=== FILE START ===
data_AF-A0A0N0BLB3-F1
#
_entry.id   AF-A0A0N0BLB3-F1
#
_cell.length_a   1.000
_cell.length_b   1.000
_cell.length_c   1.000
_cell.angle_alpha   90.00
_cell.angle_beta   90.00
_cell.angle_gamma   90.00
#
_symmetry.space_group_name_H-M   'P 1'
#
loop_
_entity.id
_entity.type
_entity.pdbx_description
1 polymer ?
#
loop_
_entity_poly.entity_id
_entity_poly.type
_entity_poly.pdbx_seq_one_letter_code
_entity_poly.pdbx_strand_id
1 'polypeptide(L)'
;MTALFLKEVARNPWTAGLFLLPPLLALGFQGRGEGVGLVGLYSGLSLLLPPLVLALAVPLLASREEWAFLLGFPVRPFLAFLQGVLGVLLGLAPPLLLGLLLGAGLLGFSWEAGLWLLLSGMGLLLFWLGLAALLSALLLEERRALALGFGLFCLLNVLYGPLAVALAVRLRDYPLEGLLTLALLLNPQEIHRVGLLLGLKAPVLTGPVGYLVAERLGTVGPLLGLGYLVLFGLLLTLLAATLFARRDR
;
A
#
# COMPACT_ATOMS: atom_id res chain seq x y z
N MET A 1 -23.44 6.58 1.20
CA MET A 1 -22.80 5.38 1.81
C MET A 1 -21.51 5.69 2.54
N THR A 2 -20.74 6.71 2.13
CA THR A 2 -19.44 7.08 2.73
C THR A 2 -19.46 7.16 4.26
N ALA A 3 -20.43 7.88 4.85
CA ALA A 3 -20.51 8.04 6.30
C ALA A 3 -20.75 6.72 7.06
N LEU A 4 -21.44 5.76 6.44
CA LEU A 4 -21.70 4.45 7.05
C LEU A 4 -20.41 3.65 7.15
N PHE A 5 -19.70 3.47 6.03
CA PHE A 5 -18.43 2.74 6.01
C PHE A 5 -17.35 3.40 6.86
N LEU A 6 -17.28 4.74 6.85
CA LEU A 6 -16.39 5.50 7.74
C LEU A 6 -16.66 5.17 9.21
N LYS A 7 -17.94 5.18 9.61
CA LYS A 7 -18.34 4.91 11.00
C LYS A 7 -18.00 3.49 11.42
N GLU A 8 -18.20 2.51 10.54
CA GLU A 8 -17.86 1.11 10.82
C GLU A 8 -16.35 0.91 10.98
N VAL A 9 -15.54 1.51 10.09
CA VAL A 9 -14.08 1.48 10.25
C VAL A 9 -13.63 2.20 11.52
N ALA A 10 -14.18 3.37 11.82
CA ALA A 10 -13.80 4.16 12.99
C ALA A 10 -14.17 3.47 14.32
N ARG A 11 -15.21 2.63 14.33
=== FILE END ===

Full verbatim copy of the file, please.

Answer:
data_AF-A0A0N0BLB3-F1
#
_entry.id   AF-A0A0N0BLB3-F1
#
_cell.length_a   1.000
_cell.length_b   1.000
_cell.length_c   1.000
_cell.angle_alpha   90.00
_cell.angle_beta   90.00
_cell.angle_gamma   90.00
#
_symmetry.space_group_name_H-M   'P 1'
#
loop_
_entity.id
_entity.type
_entity.pdbx_description
1 polymer ?
#
loop_
_entity_poly.entity_id
_entity_poly.type
_entity_poly.pdbx_seq_one_letter_code
_entity_poly.pdbx_strand_id
1 'polypeptide(L)'
;MTALFLKEVARNPWTAGLFLLPPLLALGFQGRGEGVGLVGLYSGLSLLLPPLVLALAVPLLASREEWAFLLGFPVRPFLAFLQGVLGVLLGLAPPLLLGLLLGAGLLGFSWEAGLWLLLSGMGLLLFWLGLAALLSALLLEERRALALGFGLFCLLNVLYGPLAVALAVRLRDYPLEGLLTLALLLNPQEIHRVGLLLGLKAPVLTGPVGYLVAERLGTVGPLLGLGYLVLFGLLLTLLAATLFARRDR
;
A
#
# COMPACT_ATOMS: atom_id res chain seq x y z
N MET A 1 -23.44 6.58 1.20
CA MET A 1 -22.80 5.38 1.81
C MET A 1 -21.51 5.69 2.54
N THR A 2 -20.74 6.71 2.13
CA THR A 2 -19.44 7.08 2.73
C THR A 2 -19.46 7.16 4.26
N ALA A 3 -20.43 7.88 4.85
CA ALA A 3 -20.51 8.04 6.30
C ALA A 3 -20.75 6.72 7.06
N LEU A 4 -21.44 5.76 6.44
CA LEU A 4 -21.70 4.45 7.05
C LEU A 4 -20.41 3.65 7.15
N PHE A 5 -19.70 3.47 6.03
CA PHE A 5 -18.43 2.74 6.01
C PHE A 5 -17.35 3.40 6.86
N LEU A 6 -17.28 4.74 6.85
CA LEU A 6 -16.39 5.50 7.74
C LEU A 6 -16.66 5.17 9.21
N LYS A 7 -17.94 5.18 9.61
CA LYS A 7 -18.34 4.91 11.00
C LYS A 7 -18.00 3.49 11.42
N GLU A 8 -18.20 2.51 10.54
CA GLU A 8 -17.86 1.11 10.82
C GLU A 8 -16.35 0.91 10.98
N VAL A 9 -15.54 1.51 10.09
CA VAL A 9 -14.08 1.48 10.25
C VAL A 9 -13.63 2.20 11.52
N ALA A 10 -14.18 3.37 11.82
CA ALA A 10 -13.80 4.16 12.99
C ALA A 10 -14.17 3.47 14.32
N ARG A 11 -15.21 2.63 14.33